Monday, June 16, 2008
Being Squat and Horrible, In Fact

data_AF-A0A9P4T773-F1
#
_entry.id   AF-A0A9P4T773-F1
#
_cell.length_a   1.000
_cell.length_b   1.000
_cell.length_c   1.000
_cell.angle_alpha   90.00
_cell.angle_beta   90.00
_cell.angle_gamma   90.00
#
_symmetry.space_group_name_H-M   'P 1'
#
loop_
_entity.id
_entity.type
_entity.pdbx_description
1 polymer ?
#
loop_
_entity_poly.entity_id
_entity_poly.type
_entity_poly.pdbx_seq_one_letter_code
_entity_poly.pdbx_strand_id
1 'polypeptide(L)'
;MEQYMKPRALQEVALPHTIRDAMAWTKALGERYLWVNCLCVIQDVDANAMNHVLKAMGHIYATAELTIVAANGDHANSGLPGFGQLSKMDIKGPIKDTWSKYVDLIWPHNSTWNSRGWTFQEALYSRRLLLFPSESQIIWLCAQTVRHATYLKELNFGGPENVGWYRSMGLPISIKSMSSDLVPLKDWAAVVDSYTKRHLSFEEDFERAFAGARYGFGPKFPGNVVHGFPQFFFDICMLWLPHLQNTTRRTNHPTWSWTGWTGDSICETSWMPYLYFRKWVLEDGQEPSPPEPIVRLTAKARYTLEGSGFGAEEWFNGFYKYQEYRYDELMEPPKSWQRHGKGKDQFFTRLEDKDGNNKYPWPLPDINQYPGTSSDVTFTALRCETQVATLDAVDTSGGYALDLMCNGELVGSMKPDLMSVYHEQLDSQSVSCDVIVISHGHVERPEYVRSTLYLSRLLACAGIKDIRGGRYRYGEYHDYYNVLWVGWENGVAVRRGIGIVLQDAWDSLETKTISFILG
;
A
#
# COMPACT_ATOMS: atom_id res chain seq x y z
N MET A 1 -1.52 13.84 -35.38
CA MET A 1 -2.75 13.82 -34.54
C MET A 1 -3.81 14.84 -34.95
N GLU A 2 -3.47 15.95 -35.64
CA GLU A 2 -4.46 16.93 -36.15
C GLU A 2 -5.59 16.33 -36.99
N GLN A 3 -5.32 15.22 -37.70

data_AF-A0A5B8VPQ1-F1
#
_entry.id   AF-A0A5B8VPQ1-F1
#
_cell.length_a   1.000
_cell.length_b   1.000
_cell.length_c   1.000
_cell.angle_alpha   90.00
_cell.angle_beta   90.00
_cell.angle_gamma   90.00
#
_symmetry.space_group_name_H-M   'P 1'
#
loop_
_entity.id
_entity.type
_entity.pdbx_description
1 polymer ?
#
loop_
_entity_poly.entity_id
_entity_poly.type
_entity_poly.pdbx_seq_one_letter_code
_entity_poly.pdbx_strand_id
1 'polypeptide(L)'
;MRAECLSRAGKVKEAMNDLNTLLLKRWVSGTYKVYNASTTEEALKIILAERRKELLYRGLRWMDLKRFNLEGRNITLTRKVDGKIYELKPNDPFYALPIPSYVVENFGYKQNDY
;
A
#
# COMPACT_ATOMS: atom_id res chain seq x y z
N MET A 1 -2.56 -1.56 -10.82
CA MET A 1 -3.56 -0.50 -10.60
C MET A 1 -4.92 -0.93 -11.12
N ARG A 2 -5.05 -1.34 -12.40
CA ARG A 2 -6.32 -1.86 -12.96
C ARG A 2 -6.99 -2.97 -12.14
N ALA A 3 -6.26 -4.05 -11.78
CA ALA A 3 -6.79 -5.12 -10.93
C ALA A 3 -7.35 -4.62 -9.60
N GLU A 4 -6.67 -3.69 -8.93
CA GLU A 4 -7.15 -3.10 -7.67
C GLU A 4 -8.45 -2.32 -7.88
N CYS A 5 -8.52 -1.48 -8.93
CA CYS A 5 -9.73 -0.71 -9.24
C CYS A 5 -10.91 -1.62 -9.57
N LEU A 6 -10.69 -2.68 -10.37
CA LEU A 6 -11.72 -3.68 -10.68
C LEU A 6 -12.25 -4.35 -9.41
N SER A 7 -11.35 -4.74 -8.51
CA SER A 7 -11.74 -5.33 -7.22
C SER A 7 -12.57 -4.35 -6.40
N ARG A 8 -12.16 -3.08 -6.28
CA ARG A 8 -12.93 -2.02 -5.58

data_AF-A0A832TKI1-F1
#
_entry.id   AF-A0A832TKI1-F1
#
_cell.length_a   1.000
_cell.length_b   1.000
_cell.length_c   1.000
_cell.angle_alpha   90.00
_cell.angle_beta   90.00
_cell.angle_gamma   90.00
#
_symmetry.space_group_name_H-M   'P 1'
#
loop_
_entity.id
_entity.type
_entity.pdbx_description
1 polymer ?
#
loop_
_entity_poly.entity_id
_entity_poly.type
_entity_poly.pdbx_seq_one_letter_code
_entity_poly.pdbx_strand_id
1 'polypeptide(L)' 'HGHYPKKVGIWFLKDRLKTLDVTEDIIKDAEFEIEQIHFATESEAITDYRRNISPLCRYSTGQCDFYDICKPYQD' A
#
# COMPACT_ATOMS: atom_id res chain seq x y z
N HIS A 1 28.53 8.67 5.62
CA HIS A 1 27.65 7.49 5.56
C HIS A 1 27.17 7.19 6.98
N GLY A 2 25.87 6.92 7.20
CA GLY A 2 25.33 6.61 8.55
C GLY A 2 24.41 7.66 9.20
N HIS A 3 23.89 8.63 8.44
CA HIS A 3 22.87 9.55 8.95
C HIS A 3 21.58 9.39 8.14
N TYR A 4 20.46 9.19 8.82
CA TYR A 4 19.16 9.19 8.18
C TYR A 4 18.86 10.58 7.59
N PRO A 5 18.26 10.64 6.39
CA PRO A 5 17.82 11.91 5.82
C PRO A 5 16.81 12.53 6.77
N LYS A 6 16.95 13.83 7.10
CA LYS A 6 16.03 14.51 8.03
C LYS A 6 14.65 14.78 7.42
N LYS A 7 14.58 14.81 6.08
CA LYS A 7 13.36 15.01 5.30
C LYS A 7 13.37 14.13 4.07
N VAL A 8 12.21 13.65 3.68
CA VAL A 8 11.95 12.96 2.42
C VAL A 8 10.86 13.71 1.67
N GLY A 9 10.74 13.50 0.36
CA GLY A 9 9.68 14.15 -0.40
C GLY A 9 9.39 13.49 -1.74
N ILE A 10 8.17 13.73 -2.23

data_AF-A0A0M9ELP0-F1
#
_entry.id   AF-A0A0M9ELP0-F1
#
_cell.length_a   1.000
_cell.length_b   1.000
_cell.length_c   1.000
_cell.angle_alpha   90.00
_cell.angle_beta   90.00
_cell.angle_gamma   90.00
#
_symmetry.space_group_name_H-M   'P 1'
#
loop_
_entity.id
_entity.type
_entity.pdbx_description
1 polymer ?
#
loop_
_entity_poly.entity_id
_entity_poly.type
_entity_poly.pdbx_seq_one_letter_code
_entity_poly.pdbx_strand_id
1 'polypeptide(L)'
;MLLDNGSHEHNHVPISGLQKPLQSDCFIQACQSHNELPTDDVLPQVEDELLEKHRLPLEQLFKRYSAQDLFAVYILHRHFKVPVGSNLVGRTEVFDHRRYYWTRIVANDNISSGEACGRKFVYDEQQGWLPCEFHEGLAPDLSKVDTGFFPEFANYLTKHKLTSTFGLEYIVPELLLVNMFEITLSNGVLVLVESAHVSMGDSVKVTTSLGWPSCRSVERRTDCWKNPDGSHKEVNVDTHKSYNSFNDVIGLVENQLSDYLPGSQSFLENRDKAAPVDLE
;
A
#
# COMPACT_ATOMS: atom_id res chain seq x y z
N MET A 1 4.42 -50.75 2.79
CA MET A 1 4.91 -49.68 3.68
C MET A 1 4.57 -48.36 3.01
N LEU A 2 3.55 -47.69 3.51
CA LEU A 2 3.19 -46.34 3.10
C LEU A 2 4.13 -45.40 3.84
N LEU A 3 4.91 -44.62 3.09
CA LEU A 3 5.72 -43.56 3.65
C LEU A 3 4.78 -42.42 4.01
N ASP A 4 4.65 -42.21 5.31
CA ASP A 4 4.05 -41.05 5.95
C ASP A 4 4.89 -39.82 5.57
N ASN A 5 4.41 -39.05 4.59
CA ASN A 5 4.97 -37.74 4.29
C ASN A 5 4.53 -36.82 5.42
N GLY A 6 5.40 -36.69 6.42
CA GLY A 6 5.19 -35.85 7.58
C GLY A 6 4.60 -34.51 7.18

Here is something else from TAKE A GIRL LIKE YOU by Kingsley Amis. One of the characters, a schoolteacher named Patrick Standish, spies an annoying person named Charlton - his nemesis, sort of - he has been striving to avoid. And now I give you Kingsley Amis: "Then he caught sight of Charlton standing quite near, being squat and horrible, in fact, in the patchy shade of one of the laburnums that bordered the open side of the court." There are many good things about this sentence! For example, it represents the first time that Charlton has been physically described, so when we hit that subjective pothole in the middle, it gives us a rhetorical or syntactical thrill or something. Forgive me, I am not proficient at explaining things or familiarizing myself with the meanings of the words I use. But one thing is for sure: the great word choice in that sentence is "being." Think about it and you will know I am right! To the untrained eye, "laburnums" or "patchy" would appear to be the star word of the sentence. Or "squat," perhaps. "Being" is usually a dull and unnecessary word, like "was." But in the sentence under review, "being" gets its turn in the spotlight, thanks to the utter existential disapproval it manages to imply. In a structural sense, "being" earns its place of honor because it represents the moment at which the third-person narrator revises himself (itself? Is a third-person narrator a "he" just because the author is a "he"? And of course we are all acquainted with that muzzy area in which the third-person narrator begins to collude with a particular character, in this case a male one) right there in front of us, realizing and/or deciding that "standing" is not an absolute and consuming enough word to describe the vast unpleasantness of Charlton's posture in the world. Here I go pretending to explain things again! And I had a lot stored up to say about "in fact." I should just shut my fat yap. What a loser.